Gov. Jay Nixon on Friday called for Missouri lawmakers to pass new ethics legislation after the state’s most recent law was thrown out this week by the state Supreme Court because of how it was approved.
Nixon, a Democrat, said Tuesday’s court decision has left a significant gap in the state’s ethics policies and that the Republican-controlled Legislature should move quickly to restore the provisions from the invalidated law. In addition, Nixon said he would like new limits placed on how much money can be donated to political candidates and a ban on legislators doubling as paid political consultants for colleagues.
“We started this week at one level of transparency and protection. We’re ending this week at a much worse level, and the Legislature needs to come back next week and put on the front burner getting back to at least where we were,” Nixon said. “Taking huge and dramatic steps backwards in ethics laws is going to have a very negative effect on the public’s view of what we do when we do the people’s business.”
The Supreme Court concluded that the ethics law, which was passed in 2010, violated a section of the state constitution that prohibits lawmakers from amending a bill to change its original purpose. The campaign finance and ethics provisions were added to legislation that allows elected officials to use the state Office of Administration to determine the best bids for their contracts.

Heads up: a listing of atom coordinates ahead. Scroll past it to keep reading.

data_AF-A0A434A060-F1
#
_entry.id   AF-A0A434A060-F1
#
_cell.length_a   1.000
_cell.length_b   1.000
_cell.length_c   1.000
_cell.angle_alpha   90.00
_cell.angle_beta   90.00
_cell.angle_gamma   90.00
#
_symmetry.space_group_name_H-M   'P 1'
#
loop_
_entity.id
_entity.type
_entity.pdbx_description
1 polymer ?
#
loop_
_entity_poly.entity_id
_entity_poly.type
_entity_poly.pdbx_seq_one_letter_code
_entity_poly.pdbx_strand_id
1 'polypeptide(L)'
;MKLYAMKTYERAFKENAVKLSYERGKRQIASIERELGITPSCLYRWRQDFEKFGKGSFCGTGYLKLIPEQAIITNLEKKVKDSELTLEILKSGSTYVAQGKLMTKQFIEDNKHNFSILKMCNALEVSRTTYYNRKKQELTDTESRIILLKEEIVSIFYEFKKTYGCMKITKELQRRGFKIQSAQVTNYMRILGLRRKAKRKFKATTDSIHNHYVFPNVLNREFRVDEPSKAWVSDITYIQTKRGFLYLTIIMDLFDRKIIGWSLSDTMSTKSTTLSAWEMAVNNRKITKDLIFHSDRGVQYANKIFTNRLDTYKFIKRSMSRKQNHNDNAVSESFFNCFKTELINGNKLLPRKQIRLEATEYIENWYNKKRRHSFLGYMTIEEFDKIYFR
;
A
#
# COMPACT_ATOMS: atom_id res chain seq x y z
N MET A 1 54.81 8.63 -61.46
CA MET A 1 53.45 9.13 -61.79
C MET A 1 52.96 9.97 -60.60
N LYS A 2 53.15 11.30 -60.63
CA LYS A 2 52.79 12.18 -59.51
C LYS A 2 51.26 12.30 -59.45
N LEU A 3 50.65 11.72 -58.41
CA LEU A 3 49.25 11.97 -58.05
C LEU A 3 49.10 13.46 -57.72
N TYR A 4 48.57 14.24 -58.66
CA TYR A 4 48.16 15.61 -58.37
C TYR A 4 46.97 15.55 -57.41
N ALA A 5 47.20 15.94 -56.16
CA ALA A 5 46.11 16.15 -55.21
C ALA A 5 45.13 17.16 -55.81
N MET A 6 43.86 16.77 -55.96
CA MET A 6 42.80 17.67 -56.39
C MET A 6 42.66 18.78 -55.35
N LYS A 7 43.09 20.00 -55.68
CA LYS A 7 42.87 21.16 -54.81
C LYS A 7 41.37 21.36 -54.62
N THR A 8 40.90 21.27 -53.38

The struck-down ethics legislation required candidates for the Legislature and statewide offices to publicly report contributions of more than $500 within 48 hours of receiving them while the Legislature is in session. However, campaigns still must report donations of more than $5,000 within 48 hours.
The law also banned certain types of committee-to-committee money transfers in an attempt to help the public track the source of campaign contributions. And it allowed the Missouri Ethics Commission to launch investigations with a unanimous vote instead of acting only after receiving a complaint about potential ethics or campaign finance violations.
Some lawmakers said this week they want to restore much of the struck-down law. Senate Majority Leader Tom Dempsey, R-St. Charles, said he was particularly interested in the Ethics Commission’s investigatory power and preventing committee-to-committee money transfers.
Kansas City Democratic Rep. Jason Kander, who’s running for secretary of state, has filed ethics legislation that also includes new provisions to ban lawmakers from accepting lobbyists’ gifts and to require retiring legislators to wait two years before becoming lobbyists.
Nixon Calls for Lawmakers to Restore Ethics Measures